In France, Italy, and Spain, however, the students encountered only the fringes of the counterculture and then only as an effect, rather than a cause, of the events of 1968. Yet this does not mean that a cultural dimension to those events was totally lacking in these countries: the France of 1968 saw the occupation of the Odeon Theatre in Paris and the creation of revolutionary committees for cultural agitation and for new forms of art for the purpose of "transmitting culture to the people." Thus there coexisted mechanisms for alternative cultural productions (such as "happenings") and the phenomena of standardization through the diffusion of an "underground" culture, primarily musical (pop music, Bob Dylan's protest songs, or those of the less controversial Beatles).

In the Eastern bloc countries that were mobilized, the window of opportunity for freedom was too quickly closed and that prevented the emergence of an enduring artistic movement outside of the pockets of resistance. Even so, they did experience an unprecedented intellectual ferment, especially in Czechoslovakia, which saw the resumption of the literary magazine Literani Listy. In June 1968, this magazine published "Two thousand words addressed to workers, farmers, scientists, artists, and to everyone," a manifesto calling for liberalization, written by the playwright Václav Havel and designed by the artist Jaroslav Vozniak.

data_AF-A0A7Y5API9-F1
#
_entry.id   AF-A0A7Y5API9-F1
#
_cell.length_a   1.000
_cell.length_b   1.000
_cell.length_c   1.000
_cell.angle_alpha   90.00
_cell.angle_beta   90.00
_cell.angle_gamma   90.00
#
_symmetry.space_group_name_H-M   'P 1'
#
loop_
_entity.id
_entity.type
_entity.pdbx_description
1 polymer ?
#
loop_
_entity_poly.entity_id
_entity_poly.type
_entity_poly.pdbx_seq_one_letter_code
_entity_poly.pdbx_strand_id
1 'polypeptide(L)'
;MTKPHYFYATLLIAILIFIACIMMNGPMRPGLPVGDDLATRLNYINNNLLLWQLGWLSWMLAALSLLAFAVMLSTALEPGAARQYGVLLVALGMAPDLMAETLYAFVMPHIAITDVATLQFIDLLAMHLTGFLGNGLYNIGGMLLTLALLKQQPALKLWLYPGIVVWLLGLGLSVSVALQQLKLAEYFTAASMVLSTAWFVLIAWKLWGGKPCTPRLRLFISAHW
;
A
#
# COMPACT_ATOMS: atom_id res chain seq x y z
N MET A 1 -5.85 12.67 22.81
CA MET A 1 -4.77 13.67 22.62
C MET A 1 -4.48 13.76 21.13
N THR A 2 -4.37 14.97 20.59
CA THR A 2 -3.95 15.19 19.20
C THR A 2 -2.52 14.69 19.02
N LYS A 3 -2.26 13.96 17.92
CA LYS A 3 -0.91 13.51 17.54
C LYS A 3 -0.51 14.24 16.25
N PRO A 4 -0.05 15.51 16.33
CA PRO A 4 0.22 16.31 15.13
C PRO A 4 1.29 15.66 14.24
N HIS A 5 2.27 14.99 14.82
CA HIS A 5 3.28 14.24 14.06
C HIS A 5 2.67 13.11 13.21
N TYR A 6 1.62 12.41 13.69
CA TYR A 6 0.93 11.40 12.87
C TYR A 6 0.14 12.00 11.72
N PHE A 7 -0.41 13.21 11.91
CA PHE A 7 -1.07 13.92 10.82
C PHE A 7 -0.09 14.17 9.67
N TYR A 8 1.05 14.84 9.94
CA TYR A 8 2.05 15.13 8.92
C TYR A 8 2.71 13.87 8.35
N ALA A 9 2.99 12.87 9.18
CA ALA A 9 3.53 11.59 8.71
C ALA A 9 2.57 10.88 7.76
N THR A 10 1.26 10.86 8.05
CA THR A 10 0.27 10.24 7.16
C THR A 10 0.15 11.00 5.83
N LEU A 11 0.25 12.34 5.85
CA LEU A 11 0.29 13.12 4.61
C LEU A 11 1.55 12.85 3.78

This cultural emergence was accompanied by a general critique of the media, both official (for example, television, the symbol of consumer society) and traditional (the press). Confronted with media that were largely hostile to them and that organized disinformation campaigns (inspiring the slogan, "The police speak to you every night at 8:00" in reference to French television), the protesters of 1968 attempted to set up their own information networks including meetings and general assemblies, publication of journals (such as The Student, published in Czechoslovakia starting in 1966), massive distribution of pamphlets and posters such as those from the Beaux-Arts workshop that incorporated graffiti and invited public debate. In contrast, the events of May benefited from sympathetic coverage from private radio stations that broadcast information directly.